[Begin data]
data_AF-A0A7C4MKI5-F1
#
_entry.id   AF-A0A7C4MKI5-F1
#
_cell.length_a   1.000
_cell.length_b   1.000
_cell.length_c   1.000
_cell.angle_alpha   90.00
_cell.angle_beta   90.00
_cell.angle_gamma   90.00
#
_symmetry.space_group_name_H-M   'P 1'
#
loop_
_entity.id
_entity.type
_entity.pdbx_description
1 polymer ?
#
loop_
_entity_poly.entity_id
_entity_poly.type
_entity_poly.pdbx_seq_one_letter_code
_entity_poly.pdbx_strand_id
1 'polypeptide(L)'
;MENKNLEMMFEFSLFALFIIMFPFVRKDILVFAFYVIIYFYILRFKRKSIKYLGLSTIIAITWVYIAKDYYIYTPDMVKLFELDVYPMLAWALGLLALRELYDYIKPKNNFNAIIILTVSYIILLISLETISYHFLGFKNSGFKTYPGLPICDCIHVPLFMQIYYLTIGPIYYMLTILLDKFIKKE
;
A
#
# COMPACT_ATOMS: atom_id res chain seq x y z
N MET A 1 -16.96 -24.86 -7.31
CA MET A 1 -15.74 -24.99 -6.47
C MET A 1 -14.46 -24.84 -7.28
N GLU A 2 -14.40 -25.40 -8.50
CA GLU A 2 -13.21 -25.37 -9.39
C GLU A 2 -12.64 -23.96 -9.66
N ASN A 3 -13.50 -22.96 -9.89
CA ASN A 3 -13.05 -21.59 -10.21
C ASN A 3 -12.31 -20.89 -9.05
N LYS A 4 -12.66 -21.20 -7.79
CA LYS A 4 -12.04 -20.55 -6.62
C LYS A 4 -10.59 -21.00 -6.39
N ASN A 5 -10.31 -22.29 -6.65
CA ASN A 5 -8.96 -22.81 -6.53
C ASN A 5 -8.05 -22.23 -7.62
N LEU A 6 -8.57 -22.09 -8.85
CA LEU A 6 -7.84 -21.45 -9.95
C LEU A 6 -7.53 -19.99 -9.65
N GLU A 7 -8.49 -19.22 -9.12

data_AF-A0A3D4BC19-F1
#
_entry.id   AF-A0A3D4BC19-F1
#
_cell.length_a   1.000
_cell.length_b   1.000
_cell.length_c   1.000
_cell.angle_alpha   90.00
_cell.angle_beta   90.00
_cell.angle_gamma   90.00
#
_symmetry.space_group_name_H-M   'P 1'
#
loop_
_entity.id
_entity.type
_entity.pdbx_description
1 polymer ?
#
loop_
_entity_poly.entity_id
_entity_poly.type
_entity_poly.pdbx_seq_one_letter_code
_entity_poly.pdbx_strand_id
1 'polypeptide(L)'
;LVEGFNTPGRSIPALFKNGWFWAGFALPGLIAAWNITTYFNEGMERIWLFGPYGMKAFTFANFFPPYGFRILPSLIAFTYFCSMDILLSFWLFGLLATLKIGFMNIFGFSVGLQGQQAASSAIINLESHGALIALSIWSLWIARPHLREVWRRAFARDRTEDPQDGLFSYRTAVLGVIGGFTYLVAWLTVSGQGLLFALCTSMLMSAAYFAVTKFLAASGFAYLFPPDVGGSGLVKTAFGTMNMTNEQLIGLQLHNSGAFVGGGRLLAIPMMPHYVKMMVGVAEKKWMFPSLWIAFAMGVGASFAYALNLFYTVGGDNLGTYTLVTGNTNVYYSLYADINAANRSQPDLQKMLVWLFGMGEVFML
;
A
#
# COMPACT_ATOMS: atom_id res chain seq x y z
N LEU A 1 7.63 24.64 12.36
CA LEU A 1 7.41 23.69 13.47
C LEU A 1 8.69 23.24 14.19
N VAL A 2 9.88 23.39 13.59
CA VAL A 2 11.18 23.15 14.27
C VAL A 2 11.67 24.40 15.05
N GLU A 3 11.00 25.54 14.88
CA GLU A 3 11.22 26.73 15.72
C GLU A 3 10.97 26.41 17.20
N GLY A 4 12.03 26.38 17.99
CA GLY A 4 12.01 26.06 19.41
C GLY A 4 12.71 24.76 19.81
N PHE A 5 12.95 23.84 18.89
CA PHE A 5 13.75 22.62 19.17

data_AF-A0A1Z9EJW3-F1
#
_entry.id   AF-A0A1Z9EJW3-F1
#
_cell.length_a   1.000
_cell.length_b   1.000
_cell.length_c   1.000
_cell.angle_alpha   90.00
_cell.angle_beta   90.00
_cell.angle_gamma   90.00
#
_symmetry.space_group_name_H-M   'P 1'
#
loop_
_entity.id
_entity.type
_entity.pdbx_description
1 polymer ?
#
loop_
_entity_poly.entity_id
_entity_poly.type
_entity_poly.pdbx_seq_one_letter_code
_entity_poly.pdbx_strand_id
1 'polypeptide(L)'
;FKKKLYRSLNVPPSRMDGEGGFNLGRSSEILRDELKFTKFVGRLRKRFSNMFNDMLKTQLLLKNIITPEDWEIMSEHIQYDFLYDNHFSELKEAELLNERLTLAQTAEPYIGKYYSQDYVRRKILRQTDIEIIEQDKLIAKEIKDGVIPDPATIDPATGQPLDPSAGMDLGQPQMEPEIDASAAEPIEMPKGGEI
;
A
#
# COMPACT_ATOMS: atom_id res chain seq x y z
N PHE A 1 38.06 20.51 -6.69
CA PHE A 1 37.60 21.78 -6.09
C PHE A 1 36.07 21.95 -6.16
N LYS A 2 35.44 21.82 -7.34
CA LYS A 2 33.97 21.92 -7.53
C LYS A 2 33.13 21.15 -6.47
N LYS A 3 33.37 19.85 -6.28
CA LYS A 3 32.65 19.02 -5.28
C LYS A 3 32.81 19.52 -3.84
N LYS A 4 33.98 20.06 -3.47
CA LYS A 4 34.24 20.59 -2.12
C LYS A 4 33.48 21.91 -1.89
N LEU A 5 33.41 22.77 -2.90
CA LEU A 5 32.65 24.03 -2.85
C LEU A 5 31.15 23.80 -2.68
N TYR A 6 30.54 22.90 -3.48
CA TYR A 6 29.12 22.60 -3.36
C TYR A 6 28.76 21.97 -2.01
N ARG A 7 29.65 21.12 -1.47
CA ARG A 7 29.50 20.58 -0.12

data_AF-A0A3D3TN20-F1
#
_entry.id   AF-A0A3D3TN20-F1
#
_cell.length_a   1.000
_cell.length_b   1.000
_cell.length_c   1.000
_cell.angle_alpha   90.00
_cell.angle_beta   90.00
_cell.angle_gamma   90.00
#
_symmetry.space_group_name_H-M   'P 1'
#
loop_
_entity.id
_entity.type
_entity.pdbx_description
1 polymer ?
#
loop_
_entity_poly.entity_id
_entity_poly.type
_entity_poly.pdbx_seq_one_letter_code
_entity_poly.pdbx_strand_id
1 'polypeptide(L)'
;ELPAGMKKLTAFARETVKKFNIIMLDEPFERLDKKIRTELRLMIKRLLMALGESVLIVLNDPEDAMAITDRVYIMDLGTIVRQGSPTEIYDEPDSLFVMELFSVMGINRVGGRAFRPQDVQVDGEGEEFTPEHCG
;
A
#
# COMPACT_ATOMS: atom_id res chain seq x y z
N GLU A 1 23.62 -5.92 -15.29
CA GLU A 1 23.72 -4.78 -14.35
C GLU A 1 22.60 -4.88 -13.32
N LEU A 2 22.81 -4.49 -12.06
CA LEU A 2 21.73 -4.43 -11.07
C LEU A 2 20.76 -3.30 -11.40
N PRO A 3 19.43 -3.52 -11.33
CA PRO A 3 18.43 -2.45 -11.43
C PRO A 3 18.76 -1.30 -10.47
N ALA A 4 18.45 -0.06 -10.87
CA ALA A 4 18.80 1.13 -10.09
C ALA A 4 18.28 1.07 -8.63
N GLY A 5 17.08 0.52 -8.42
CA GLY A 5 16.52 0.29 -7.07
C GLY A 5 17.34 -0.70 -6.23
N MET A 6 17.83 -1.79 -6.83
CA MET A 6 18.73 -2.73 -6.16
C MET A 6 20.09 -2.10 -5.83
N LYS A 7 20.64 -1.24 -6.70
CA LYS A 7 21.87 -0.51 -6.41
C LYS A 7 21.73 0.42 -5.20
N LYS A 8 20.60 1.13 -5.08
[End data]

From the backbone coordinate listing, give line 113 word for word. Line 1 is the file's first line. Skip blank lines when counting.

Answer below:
loop_